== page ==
Tuesday, March 23, 2010

Community Trail Building


Imagine how the Incas made their roads and buildings. What we saw was a panorama of perhaps 800 people, red sweaters and hats against the green fields and grey rock, building 600 meters (think over 6 football fields long) of improved trail about 5 feet wide. Taquile is composed of 6 suyos or neighborhoods (thus the 6 dance troups). In this massive community project, each suyo completed 100 meters of new trail. Men using wedges and big hammers pounded and split the sandstone rock into blocks; the sound is chink, chink, chink of metal on metal. They carried rocks in wheelbarrows and on their backs. Armando had a nice sheepskin to pad his back from the heavy rock. Think two feet by three and six inches thick; I can't guess the weight.

Women sorted gravel and brought it to the trail, carried bags of sand from the beach (a long climb), bags of cement from the boat (the same long climb) and smaller rocks. Very hard work. Very. Sometimes they found sit-down work.

We walked the whole length of the job, greeting and receiving greetings from people we've known for years as we went. We played with some of the children--Cusi and Sarita babysitting their little brother Johel. We carried a few rocks, our token contribution, but then joined in the rock placement work. Just like any rock walkway project (only without the truck to drop off the pallet of flagstone), we worked with Armando to help put the puzzle together of which rock fit where, and chipping or leveling the sand underneath to make a level path. In some places, culverts were made with rock passageways for water to flow underneath. In other places several levels of rock were built up to reduce the dips, level the trail.

On the boat returning to Puno yesterday, we met an engineer from Puno who had consulted on the construction of the trail.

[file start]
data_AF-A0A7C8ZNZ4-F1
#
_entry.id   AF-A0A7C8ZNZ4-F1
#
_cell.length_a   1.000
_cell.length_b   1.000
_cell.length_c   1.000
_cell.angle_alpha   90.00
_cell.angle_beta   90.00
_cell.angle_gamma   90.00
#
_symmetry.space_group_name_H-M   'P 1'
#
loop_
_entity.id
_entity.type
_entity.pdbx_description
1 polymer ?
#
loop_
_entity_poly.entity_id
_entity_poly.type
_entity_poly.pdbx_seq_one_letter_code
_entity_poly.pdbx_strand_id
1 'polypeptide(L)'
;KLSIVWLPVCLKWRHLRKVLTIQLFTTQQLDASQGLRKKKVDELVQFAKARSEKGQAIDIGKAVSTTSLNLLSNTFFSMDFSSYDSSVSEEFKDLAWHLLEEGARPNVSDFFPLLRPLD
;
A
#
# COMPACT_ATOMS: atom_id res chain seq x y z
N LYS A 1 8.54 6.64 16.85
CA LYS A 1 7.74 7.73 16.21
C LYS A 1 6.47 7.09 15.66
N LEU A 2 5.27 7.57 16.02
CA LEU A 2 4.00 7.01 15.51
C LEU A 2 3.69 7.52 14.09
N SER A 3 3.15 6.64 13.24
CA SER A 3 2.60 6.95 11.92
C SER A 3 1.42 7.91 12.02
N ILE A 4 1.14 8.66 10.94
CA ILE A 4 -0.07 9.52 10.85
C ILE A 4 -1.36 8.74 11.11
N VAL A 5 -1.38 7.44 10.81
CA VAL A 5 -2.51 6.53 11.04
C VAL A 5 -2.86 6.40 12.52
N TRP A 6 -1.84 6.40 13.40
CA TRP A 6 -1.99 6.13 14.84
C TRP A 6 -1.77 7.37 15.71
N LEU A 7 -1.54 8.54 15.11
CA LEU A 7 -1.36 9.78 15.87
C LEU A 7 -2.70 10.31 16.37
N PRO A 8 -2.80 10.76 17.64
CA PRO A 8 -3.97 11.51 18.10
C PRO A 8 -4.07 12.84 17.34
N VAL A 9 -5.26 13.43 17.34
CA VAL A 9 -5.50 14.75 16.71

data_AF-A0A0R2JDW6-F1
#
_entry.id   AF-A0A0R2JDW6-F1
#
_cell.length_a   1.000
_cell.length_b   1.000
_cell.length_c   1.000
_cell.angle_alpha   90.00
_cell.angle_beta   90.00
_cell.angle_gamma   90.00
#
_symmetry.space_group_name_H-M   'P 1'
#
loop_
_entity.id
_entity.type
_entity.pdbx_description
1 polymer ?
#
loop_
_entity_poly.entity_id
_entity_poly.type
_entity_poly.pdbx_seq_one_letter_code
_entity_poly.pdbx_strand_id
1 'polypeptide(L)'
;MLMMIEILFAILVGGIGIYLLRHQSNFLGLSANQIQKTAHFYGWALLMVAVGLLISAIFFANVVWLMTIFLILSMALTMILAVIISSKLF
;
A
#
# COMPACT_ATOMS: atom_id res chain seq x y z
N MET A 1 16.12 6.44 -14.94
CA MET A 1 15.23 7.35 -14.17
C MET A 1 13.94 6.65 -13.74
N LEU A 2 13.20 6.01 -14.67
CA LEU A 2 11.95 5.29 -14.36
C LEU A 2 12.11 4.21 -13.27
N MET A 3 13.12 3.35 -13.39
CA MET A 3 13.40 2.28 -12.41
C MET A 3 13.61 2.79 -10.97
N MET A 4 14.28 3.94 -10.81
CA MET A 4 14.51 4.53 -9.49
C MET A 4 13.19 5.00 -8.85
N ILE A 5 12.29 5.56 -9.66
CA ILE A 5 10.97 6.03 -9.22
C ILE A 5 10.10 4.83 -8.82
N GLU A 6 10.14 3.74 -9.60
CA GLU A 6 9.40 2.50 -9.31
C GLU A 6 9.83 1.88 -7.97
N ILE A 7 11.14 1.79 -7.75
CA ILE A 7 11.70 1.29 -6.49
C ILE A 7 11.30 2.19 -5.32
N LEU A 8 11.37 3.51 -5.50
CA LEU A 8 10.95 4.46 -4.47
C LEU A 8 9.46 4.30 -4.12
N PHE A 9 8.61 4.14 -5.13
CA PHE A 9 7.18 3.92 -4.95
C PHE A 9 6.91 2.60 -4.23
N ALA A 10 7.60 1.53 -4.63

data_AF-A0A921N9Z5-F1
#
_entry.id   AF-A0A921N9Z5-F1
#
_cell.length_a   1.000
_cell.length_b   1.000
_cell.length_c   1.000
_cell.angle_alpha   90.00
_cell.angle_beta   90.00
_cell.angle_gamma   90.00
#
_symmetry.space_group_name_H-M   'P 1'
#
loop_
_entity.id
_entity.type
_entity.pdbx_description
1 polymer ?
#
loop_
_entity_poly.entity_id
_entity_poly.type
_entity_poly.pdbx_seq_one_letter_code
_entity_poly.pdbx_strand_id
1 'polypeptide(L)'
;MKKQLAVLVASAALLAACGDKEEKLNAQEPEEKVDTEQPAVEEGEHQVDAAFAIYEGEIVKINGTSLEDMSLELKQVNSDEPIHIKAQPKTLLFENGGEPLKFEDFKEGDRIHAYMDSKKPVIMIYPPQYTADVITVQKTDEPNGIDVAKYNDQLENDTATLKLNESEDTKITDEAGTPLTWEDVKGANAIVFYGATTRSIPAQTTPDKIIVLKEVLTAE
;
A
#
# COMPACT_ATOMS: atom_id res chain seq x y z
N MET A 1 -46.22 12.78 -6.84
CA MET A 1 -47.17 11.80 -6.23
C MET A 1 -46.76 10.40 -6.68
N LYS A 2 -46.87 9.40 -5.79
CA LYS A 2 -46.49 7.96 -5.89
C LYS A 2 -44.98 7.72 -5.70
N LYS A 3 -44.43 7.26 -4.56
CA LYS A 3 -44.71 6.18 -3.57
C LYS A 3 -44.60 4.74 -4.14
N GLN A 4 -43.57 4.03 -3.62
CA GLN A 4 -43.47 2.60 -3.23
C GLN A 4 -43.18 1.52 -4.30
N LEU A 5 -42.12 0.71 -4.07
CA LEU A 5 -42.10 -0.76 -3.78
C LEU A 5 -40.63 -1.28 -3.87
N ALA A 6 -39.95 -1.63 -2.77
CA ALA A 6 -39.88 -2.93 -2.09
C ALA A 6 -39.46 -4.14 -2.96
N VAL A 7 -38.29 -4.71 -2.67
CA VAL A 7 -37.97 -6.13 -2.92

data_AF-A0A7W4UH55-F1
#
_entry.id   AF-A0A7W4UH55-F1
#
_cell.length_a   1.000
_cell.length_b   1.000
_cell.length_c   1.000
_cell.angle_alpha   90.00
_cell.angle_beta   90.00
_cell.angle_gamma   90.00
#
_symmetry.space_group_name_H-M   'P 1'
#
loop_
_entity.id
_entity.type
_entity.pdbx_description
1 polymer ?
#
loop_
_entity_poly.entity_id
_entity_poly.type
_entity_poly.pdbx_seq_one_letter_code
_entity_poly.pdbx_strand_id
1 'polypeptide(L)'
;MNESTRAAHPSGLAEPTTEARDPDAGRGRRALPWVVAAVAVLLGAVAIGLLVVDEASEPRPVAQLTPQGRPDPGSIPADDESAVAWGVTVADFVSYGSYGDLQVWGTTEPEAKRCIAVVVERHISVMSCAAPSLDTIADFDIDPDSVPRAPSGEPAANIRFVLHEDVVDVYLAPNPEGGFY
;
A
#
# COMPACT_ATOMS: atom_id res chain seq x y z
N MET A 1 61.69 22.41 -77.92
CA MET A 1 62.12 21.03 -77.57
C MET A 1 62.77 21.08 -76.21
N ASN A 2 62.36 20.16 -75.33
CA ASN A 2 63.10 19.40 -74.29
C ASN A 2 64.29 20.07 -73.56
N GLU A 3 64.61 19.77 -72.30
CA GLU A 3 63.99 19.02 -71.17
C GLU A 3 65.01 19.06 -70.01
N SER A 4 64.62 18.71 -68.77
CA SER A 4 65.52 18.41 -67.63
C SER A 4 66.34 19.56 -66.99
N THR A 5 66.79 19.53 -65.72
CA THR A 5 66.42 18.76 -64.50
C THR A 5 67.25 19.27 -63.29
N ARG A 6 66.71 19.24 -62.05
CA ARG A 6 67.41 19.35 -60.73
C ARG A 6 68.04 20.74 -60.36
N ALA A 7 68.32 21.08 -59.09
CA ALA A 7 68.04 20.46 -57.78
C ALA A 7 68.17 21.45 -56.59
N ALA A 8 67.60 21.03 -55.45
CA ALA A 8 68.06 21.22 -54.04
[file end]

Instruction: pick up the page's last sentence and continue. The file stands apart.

The whole project was done in three days, the authorities walking up and down to pass out coca leaves. It's a beautiful trail, smooth enough to walk upon in the dark without a flashlight, no stairs. I personally grieved some of the beautiful living rock that was split apart to build the trail, but no one else seemed to care, and really, Taquile has a lot of rock.

1 comment:

  1. A 2 meter x 600 meter trail in 3 days! It would have taken us 2 !/2 years to get it past the budget committee.

    And the reward was a fine trial with coca leaves as a reward! I'm very much looking forward to seeing the photographs! 800 folks in red sweaters! Michael Potts (CEO of Rocky Mountain Institute) and I were discussing this evening what it would take to reinvent our present system of capitalism. He has been looking at happiness, and how we create, measure, and experience it in our lives. I had the idea when I read your story of the trail that the experience of working together to create completion of a product that will serve for a long time to come must, of course, grow in happiness as the years go by.

    Have fun, be safe, and give our love to our Taquileanian family!
    Judy and Amory